Your body needs calcium to keep your bones dense and strong. Low bone density can cause your bones to become brittle and fragile. These weak bones can break easily, even without an obvious injury.
Vitamin D helps your body absorb calcium. Eat foods that provide the right amounts of calcium, vitamin D, and protein. This kind of diet will give your body the building blocks it needs to make and maintain strong bones.
Amounts of calcium are given in milligrams (mg), and vitamin D is given in international units (IU).
All adults under age 50 should have:
Adults age 51 and older should have:
Milk and dairy products are the best sources of calcium. They contain a form of calcium that your body can absorb easily. Choose yogurts, cheeses, and buttermilk.
Adults should choose fat-free (skim) milk or low-fat (2% or 1%) milk, and other lower fat dairy products. Removing some of the fat does not lower the amount of calcium in a dairy product.
If you eat very few or no dairy products, you can find calcium in other foods. It is often added to orange juice, soy milk, tofu, ready-to-eat cereals, and breads. Check the labels on these foods for added calcium.
Green leafy vegetables, such as broccoli, collards, kale, mustard greens, turnip greens, and bak choy (Chinese cabbage), also spelled "bok" choy, are good sources of calcium.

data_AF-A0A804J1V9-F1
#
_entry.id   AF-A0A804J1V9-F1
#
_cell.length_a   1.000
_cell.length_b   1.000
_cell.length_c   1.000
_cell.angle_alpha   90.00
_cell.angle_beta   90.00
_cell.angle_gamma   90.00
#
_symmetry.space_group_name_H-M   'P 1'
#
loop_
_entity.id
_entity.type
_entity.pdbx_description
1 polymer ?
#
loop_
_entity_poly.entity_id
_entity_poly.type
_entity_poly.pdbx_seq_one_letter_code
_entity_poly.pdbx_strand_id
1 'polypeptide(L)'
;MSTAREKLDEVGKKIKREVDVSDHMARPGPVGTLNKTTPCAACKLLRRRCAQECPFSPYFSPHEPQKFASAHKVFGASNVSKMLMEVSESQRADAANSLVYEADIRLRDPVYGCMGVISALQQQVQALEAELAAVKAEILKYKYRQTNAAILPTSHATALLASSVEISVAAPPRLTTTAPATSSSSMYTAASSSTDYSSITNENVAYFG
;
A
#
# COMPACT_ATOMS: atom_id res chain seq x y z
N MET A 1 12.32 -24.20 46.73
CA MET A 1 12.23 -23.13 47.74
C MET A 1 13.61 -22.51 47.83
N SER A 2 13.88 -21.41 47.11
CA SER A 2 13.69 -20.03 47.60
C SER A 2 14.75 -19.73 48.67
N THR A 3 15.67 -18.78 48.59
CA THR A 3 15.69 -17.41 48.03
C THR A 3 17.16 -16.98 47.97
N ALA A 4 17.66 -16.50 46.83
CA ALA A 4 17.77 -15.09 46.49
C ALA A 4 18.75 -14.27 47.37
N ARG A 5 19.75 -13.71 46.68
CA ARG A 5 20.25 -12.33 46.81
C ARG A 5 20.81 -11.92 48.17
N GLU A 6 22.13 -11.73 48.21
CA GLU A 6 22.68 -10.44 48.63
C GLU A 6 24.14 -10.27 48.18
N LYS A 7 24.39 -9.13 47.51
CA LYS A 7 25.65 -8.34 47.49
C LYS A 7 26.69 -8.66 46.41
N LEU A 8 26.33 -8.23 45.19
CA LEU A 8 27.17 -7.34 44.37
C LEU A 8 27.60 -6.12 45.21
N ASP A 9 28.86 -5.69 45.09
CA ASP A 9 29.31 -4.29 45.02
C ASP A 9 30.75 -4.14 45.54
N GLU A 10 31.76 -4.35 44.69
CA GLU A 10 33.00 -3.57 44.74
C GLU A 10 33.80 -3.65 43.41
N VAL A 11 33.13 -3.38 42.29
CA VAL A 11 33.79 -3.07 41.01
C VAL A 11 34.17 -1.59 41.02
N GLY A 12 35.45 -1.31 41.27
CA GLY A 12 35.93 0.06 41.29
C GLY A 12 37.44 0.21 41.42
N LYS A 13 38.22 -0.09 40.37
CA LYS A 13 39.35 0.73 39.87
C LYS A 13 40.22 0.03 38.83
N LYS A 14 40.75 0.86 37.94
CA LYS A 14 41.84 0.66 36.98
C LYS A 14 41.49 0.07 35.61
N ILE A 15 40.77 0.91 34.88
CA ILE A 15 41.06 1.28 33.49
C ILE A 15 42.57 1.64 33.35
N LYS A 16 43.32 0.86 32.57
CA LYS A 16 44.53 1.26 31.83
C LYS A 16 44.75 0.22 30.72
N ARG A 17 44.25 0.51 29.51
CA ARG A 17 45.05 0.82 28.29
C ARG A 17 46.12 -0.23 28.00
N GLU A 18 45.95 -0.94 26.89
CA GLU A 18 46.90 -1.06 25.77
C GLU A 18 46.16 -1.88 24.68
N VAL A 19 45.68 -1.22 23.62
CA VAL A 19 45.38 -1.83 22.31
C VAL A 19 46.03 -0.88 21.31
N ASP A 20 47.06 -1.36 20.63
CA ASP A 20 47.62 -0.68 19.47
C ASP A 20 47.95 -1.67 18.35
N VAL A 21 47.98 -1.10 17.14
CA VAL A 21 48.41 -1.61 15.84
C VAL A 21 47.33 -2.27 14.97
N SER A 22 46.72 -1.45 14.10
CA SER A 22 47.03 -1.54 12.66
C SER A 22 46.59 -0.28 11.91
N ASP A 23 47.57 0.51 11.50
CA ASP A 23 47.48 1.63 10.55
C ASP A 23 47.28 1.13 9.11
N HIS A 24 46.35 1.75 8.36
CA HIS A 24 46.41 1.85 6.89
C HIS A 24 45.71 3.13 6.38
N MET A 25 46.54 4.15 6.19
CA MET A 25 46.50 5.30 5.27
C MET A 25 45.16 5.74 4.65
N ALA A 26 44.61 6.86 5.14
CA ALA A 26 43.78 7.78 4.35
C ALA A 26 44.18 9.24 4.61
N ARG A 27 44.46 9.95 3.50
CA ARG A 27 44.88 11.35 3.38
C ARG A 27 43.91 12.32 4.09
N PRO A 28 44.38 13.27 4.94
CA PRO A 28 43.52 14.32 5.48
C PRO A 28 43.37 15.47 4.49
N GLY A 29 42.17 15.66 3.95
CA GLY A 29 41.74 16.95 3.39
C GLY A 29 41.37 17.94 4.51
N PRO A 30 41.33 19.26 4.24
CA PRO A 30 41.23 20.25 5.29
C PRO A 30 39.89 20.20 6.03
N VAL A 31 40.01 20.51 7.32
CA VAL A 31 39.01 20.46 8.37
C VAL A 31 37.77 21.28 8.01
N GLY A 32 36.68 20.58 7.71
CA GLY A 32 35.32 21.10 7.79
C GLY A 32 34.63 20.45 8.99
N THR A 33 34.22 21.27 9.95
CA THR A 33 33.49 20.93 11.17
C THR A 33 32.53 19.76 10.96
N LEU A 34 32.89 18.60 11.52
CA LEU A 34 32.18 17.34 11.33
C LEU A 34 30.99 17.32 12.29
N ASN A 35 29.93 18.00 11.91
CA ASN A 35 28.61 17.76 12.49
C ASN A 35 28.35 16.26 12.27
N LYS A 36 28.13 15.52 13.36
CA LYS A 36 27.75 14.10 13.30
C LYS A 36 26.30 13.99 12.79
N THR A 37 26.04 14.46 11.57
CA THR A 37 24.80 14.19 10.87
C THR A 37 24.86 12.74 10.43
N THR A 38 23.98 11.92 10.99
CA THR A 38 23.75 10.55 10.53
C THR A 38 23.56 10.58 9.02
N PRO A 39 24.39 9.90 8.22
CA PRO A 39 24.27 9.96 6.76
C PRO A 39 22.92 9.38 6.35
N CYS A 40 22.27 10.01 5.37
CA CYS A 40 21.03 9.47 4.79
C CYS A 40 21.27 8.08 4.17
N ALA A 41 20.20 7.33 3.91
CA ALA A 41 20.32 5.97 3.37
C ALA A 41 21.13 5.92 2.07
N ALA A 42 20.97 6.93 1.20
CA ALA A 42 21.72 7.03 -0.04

Other good food sources of calcium are:
Other tips to make sure your body can use the calcium in your diet:
Your doctor may recommend a calcium or vitamin D supplement for the calcium and vitamin D you need.
Osteoporosis - calcium; Osteoporosis - low bone density
Lewiecki EM. In the clinic. Osteoporosis. Ann Intern Med. 2011 Jul 5;155(1):ITC1-1-15;quiz ITC1-16.
National Osteoporosis Foundation. Clinician's Guide to Prevention and Treatment of Osteoporosis. Washington, DC: National Osteoporosis Foundation; 2010. Available at: my.nof.org/bone-soruce/education/clinicians-guide-to-the-prevention-and-treatment-of-osteoporosis. Accessed 5/17/2014
National Osteoporosis Foundation. Vitamin D and bone health. Osteoporosis Clinical Updates 2012. Available at: my.nof.org/bone-source/eduction/clinical-updates/clinical-updates-vitamin-d-and-bone-health. Accessed 5/17/2014.
Updated by: C. Benjamin Ma, MD, Assistant Professor, Chief, Sports Medicine and Shoulder Service, UCSF Department of Orthopaedic Surgery, San Francisco, CA. Also reviewed by David Zieve, MD, MHA, Isla Ogilvie, PhD, and the A.D.A.M. Editorial team.
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